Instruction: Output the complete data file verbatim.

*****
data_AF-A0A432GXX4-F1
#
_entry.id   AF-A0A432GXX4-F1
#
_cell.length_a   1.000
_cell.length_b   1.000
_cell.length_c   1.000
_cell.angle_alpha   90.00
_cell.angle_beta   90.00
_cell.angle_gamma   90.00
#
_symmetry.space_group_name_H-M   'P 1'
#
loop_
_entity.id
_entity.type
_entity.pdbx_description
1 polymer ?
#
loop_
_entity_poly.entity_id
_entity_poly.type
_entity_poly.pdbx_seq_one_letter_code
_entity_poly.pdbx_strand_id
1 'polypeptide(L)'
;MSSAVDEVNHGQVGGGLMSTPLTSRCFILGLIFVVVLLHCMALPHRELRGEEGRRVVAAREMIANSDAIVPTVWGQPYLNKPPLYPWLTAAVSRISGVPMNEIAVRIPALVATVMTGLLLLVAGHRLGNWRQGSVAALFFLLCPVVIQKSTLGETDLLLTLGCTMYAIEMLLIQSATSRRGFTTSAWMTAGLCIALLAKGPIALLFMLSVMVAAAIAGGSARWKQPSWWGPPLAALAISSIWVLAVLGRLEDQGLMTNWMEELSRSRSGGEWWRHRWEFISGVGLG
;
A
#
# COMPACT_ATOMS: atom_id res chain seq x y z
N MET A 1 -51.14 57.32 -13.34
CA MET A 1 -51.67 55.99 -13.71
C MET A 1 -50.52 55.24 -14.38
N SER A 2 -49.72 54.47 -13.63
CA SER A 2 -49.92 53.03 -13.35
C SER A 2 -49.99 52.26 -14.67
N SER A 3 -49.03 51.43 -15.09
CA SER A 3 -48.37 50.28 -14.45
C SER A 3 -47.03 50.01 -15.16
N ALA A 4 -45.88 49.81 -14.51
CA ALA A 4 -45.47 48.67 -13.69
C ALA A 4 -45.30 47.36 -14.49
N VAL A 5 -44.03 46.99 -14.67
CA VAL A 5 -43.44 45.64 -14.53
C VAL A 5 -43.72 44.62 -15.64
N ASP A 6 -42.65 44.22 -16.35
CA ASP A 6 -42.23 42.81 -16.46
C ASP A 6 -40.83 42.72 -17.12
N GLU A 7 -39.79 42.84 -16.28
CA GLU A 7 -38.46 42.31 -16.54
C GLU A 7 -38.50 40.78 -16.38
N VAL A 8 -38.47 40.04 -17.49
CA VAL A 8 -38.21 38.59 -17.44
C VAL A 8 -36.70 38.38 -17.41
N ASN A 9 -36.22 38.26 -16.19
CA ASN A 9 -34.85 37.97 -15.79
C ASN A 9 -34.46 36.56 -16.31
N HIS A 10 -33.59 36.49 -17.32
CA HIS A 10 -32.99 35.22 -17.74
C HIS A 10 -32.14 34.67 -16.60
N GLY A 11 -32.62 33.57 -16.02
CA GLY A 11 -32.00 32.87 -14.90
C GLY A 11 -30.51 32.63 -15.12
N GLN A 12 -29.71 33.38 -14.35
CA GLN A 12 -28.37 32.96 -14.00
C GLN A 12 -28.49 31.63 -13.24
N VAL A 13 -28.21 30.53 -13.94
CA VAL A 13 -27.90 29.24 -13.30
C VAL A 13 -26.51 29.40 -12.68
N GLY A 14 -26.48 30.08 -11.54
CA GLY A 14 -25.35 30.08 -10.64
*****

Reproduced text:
data_AF-A0A432GXX4-F1
#
_entry.id   AF-A0A432GXX4-F1
#
_cell.length_a   1.000
_cell.length_b   1.000
_cell.length_c   1.000
_cell.angle_alpha   90.00
_cell.angle_beta   90.00
_cell.angle_gamma   90.00
#
_symmetry.space_group_name_H-M   'P 1'
#
loop_
_entity.id
_entity.type
_entity.pdbx_description
1 polymer ?
#
loop_
_entity_poly.entity_id
_entity_poly.type
_entity_poly.pdbx_seq_one_letter_code
_entity_poly.pdbx_strand_id
1 'polypeptide(L)'
;MSSAVDEVNHGQVGGGLMSTPLTSRCFILGLIFVVVLLHCMALPHRELRGEEGRRVVAAREMIANSDAIVPTVWGQPYLNKPPLYPWLTAAVSRISGVPMNEIAVRIPALVATVMTGLLLLVAGHRLGNWRQGSVAALFFLLCPVVIQKSTLGETDLLLTLGCTMYAIEMLLIQSATSRRGFTTSAWMTAGLCIALLAKGPIALLFMLSVMVAAAIAGGSARWKQPSWWGPPLAALAISSIWVLAVLGRLEDQGLMTNWMEELSRSRSGGEWWRHRWEFISGVGLG
;
A
#
# COMPACT_ATOMS: atom_id res chain seq x y z
N MET A 1 -51.14 57.32 -13.34
CA MET A 1 -51.67 55.99 -13.71
C MET A 1 -50.52 55.24 -14.38
N SER A 2 -49.72 54.47 -13.63
CA SER A 2 -49.92 53.03 -13.35
C SER A 2 -49.99 52.26 -14.67
N SER A 3 -49.03 51.43 -15.09
CA SER A 3 -48.37 50.28 -14.45
C SER A 3 -47.03 50.01 -15.16
N ALA A 4 -45.88 49.81 -14.51
CA ALA A 4 -45.47 48.67 -13.69
C ALA A 4 -45.30 47.36 -14.49
N VAL A 5 -44.03 46.99 -14.67
CA VAL A 5 -43.44 45.64 -14.53
C VAL A 5 -43.72 44.62 -15.64
N ASP A 6 -42.65 44.22 -16.35
CA ASP A 6 -42.23 42.81 -16.46
C ASP A 6 -40.83 42.72 -17.12
N GLU A 7 -39.79 42.84 -16.28
CA GLU A 7 -38.46 42.31 -16.54
C GLU A 7 -38.50 40.78 -16.38
N VAL A 8 -38.47 40.04 -17.49
CA VAL A 8 -38.21 38.59 -17.44
C VAL A 8 -36.70 38.38 -17.41
N ASN A 9 -36.22 38.26 -16.19
CA ASN A 9 -34.85 37.97 -15.79
C ASN A 9 -34.46 36.56 -16.31
N HIS A 10 -33.59 36.49 -17.32
CA HIS A 10 -32.99 35.22 -17.74
C HIS A 10 -32.14 34.67 -16.60
N GLY A 11 -32.62 33.57 -16.02
CA GLY A 11 -32.00 32.87 -14.90
C GLY A 11 -30.51 32.63 -15.12
N GLN A 12 -29.71 33.38 -14.35
CA GLN A 12 -28.37 32.96 -14.00
C GLN A 12 -28.49 31.63 -13.24
N VAL A 13 -28.21 30.53 -13.94
CA VAL A 13 -27.90 29.24 -13.30
C VAL A 13 -26.51 29.40 -12.68
N GLY A 14 -26.48 30.08 -11.54
CA GLY A 14 -25.35 30.08 -10.64